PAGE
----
Neurophysiological modeling is an important tool in understanding the human brain, and yet state-of-the-art models are poorly constrained by anatomical data. High-magnification, serial-section microscopy images have the potential to expand the field of neurophysiological modeling by providing ground-truth neuroanatomical data. This project addresses the problem of building three-dimensional (3D) connectivity maps for neurons from serial-section microscopy. Sectional data consists of stacks of very high-resolution, two-dimensional (2D) images that are oriented to capture cross sections of elongated neuronal processes. The work focuses on two driving biological applications. The first application is the development of complete connectivity maps for ganglion cells in the mammalian retina. The second is the study of the organization of axons in the optic tract of wildtype and mutant zebrafish. In both applications, the complexity and vast size of the high-resolution, serial-section data make them impractical for human interpretation. Two areas of research are proposed. The first is basic technology development for serial microscopy data processing. Such data exhibits unique structural and statistical properties (e.g. textures), which present a distinct set of challenges that surpass the state-of-the-art in 2D and 3D image processing. The second area is the development of practical, computational tools with which scientists can quantitatively analyze the very large data sets associated with this problem. In order to maximize its exposure to the research community, the software produced in this project will be made publicly available as part of the open source toolkit ITK ( This research will allow scientists to systematically analyze serial section data sets by developing the necessary algorithms and computational tools for processing and visualization. This will result in an improved understanding how neural circuits are constructed at the level of single cells, which is important in advancing our knowledge of the basic wiring of the human brain. Significantly improved imaging, analysis and visualization resources will be critical in characterizing disease progressions, therapeutic arrests, and regeneration patterns in neurological diseases, such as temporal lobe epilepsy, retinal degenerations, spinal injury, and drug dependence, which are associated with anomalies in large-scale neural connectivity.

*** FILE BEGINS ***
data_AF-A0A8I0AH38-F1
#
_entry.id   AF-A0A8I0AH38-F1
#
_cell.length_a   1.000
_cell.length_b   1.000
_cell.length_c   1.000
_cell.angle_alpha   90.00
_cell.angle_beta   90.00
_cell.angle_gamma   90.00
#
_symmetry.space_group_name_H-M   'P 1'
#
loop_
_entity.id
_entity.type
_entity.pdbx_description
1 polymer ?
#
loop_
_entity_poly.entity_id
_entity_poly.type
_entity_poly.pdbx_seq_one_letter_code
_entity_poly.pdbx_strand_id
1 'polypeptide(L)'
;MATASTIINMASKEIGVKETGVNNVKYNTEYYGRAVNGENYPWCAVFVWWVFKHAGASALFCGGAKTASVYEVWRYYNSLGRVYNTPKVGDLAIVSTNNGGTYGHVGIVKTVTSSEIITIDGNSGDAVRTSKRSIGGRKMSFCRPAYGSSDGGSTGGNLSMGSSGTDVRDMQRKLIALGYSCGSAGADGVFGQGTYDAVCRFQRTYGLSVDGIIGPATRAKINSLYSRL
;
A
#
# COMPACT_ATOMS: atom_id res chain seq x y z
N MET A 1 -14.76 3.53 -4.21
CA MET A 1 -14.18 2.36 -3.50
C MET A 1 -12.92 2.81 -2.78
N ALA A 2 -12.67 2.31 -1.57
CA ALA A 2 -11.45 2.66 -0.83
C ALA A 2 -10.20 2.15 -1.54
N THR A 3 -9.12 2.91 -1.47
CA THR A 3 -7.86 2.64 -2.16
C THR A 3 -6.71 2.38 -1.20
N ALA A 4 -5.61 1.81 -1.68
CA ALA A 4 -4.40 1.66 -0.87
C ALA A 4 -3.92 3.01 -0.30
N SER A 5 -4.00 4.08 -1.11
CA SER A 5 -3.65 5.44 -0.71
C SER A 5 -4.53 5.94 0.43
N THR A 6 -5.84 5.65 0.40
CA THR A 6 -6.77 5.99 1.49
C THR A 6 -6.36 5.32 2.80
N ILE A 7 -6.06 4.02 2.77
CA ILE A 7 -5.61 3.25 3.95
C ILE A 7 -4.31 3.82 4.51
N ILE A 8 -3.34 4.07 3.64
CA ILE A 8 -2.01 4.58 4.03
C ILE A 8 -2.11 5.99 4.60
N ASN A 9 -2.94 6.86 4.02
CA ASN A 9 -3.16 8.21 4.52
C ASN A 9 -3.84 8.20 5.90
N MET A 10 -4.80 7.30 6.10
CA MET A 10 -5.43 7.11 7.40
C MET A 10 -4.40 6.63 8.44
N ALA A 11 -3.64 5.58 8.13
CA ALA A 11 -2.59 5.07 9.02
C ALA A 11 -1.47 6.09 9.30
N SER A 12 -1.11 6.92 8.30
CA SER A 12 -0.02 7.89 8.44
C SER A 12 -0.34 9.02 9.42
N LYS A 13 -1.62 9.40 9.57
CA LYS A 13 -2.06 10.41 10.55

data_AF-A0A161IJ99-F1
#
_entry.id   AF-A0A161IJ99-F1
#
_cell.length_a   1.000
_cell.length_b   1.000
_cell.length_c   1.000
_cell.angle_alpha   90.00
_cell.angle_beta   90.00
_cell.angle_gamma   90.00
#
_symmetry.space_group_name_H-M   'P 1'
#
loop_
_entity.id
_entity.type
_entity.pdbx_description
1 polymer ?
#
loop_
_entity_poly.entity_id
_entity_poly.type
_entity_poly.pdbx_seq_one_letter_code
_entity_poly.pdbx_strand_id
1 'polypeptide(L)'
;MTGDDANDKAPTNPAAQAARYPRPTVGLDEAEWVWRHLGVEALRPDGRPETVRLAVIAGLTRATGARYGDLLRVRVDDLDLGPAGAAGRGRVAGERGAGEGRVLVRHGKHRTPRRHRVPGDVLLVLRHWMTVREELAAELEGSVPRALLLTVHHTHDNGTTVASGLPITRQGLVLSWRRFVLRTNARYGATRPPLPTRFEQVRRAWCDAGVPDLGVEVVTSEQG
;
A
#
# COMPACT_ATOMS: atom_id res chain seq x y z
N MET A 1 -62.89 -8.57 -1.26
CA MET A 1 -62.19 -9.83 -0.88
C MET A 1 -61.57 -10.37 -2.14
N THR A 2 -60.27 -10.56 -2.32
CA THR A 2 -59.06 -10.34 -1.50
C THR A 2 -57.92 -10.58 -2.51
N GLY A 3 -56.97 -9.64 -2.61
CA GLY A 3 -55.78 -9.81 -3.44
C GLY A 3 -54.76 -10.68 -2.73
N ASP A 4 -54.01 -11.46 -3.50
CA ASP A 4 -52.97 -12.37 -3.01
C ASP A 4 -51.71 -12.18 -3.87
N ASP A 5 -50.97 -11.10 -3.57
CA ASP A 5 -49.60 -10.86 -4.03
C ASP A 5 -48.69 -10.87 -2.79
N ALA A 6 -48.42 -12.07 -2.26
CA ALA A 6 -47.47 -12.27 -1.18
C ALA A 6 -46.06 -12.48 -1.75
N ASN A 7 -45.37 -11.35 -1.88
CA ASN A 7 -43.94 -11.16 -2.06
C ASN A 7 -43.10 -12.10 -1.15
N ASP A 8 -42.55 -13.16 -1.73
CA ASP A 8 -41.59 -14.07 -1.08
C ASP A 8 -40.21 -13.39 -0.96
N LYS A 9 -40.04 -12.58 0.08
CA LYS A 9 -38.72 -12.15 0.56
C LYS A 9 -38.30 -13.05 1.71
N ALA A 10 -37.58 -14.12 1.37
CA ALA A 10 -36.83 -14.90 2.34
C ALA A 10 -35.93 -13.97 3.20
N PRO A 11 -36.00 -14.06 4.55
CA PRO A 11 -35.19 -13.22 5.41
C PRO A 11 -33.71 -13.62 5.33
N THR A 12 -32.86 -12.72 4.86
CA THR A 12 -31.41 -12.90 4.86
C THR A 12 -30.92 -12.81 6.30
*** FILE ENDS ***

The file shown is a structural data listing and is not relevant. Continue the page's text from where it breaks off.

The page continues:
National Institute of Health (NIH)
National Institute of Biomedical Imaging and Bioengineering (NIBIB)
Research Project (R01)
Project #
Application #
Study Section
Special Emphasis Panel (ZRG1-IFCN-B (50))
Program Officer
Cohen, Zohara
Project Start
Project End
Budget Start
Budget End
Support Year
Fiscal Year
Total Cost
Indirect Cost
University of Utah
Organized Research Units
Salt Lake City
United States
Zip Code
Enriquez-Algeciras, Mabel; Ding, Di; Mastronardi, Fabrizio G et al. (2013) Deimination restores inner retinal visual function in murine demyelinating disease. J Clin Invest 123:646-56
Jurrus, Elizabeth; Watanabe, Shigeki; Giuly, Richard J et al. (2013) Semi-automated neuron boundary detection and nonbranching process segmentation in electron microscopy images. Neuroinformatics 11:5-29
Seiler, M J; Jones, B W; Aramant, R B et al. (2012) Computational molecular phenotyping of retinal sheet transplants to rats with retinal degeneration. Eur J Neurosci 35:1692-704
Anderson, J R; Mohammed, S; Grimm, B et al. (2011) The Viking viewer for connectomics: scalable multi-user annotation and summarization of large volume data sets. J Microsc 241:13-28
Anderson, James R; Jones, Bryan W; Watt, Carl B et al. (2011) Exploring the retinal connectome. Mol Vis 17:355-79
Jurrus, Elizabeth; Paiva, Antonio R C; Watanabe, Shigeki et al. (2010) Detection of neuron membranes in electron microscopy images using a serial neural network architecture. Med Image Anal 14:770-83
Tasdizen, Tolga; Koshevoy, Pavel; Grimm, Bradley C et al. (2010) Automatic mosaicking and volume assembly for high-throughput serial-section transmission electron microscopy. J Neurosci Methods 193:132-44
Anderson, James R; Jones, Bryan W; Yang, Jia-Hui et al. (2009) A computational framework for ultrastructural mapping of neural circuitry. PLoS Biol 7:e1000074
Jurrus, Elizabeth; Hardy, Melissa; Tasdizen, Tolga et al. (2009) Axon tracking in serial block-face scanning electron microscopy. Med Image Anal 13:180-8
Tasdizen, Tolga (2009) Principal neighborhood dictionaries for nonlocal means image denoising. IEEE Trans Image Process 18:2649-60

Showing the most recent 10 out of 13 publications